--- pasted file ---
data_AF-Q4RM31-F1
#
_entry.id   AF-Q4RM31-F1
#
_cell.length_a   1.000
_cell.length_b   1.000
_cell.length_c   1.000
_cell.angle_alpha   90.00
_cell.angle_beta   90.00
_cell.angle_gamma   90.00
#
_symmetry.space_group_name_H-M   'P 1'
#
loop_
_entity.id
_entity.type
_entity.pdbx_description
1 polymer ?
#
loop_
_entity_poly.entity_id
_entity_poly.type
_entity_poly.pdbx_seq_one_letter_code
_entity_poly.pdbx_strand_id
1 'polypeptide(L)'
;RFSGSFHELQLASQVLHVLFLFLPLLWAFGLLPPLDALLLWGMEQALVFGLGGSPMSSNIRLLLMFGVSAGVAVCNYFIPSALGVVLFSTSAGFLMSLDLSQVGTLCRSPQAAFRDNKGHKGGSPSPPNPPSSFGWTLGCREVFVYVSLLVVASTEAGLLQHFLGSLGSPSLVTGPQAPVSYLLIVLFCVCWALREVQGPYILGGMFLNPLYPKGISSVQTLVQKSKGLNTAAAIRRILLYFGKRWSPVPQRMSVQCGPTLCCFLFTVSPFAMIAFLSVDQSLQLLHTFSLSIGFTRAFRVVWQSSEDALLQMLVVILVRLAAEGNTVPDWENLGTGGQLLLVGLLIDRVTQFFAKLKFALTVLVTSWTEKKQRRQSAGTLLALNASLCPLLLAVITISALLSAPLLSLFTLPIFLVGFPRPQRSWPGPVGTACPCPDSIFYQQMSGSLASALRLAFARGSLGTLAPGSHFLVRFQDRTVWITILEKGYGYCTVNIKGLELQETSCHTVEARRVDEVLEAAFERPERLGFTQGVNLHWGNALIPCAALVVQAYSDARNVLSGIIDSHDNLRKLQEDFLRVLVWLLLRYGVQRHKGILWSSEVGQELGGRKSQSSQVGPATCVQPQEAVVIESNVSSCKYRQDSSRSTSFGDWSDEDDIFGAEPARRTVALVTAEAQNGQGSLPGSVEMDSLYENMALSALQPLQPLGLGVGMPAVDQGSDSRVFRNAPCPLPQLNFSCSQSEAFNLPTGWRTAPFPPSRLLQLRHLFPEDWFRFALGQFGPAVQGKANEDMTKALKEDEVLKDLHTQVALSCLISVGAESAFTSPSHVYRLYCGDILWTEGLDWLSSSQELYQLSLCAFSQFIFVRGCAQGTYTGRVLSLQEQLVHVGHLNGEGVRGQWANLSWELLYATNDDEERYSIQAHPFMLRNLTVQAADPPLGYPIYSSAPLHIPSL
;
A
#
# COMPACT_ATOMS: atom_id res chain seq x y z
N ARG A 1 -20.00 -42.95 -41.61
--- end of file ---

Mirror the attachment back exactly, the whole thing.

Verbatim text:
data_AF-Q4RM31-F1
#
_entry.id   AF-Q4RM31-F1
#
_cell.length_a   1.000
_cell.length_b   1.000
_cell.length_c   1.000
_cell.angle_alpha   90.00
_cell.angle_beta   90.00
_cell.angle_gamma   90.00
#
_symmetry.space_group_name_H-M   'P 1'
#
loop_
_entity.id
_entity.type
_entity.pdbx_description
1 polymer ?
#
loop_
_entity_poly.entity_id
_entity_poly.type
_entity_poly.pdbx_seq_one_letter_code
_entity_poly.pdbx_strand_id
1 'polypeptide(L)'
;RFSGSFHELQLASQVLHVLFLFLPLLWAFGLLPPLDALLLWGMEQALVFGLGGSPMSSNIRLLLMFGVSAGVAVCNYFIPSALGVVLFSTSAGFLMSLDLSQVGTLCRSPQAAFRDNKGHKGGSPSPPNPPSSFGWTLGCREVFVYVSLLVVASTEAGLLQHFLGSLGSPSLVTGPQAPVSYLLIVLFCVCWALREVQGPYILGGMFLNPLYPKGISSVQTLVQKSKGLNTAAAIRRILLYFGKRWSPVPQRMSVQCGPTLCCFLFTVSPFAMIAFLSVDQSLQLLHTFSLSIGFTRAFRVVWQSSEDALLQMLVVILVRLAAEGNTVPDWENLGTGGQLLLVGLLIDRVTQFFAKLKFALTVLVTSWTEKKQRRQSAGTLLALNASLCPLLLAVITISALLSAPLLSLFTLPIFLVGFPRPQRSWPGPVGTACPCPDSIFYQQMSGSLASALRLAFARGSLGTLAPGSHFLVRFQDRTVWITILEKGYGYCTVNIKGLELQETSCHTVEARRVDEVLEAAFERPERLGFTQGVNLHWGNALIPCAALVVQAYSDARNVLSGIIDSHDNLRKLQEDFLRVLVWLLLRYGVQRHKGILWSSEVGQELGGRKSQSSQVGPATCVQPQEAVVIESNVSSCKYRQDSSRSTSFGDWSDEDDIFGAEPARRTVALVTAEAQNGQGSLPGSVEMDSLYENMALSALQPLQPLGLGVGMPAVDQGSDSRVFRNAPCPLPQLNFSCSQSEAFNLPTGWRTAPFPPSRLLQLRHLFPEDWFRFALGQFGPAVQGKANEDMTKALKEDEVLKDLHTQVALSCLISVGAESAFTSPSHVYRLYCGDILWTEGLDWLSSSQELYQLSLCAFSQFIFVRGCAQGTYTGRVLSLQEQLVHVGHLNGEGVRGQWANLSWELLYATNDDEERYSIQAHPFMLRNLTVQAADPPLGYPIYSSAPLHIPSL
;
A
#
# COMPACT_ATOMS: atom_id res chain seq x y z
N ARG A 1 -20.00 -42.95 -41.61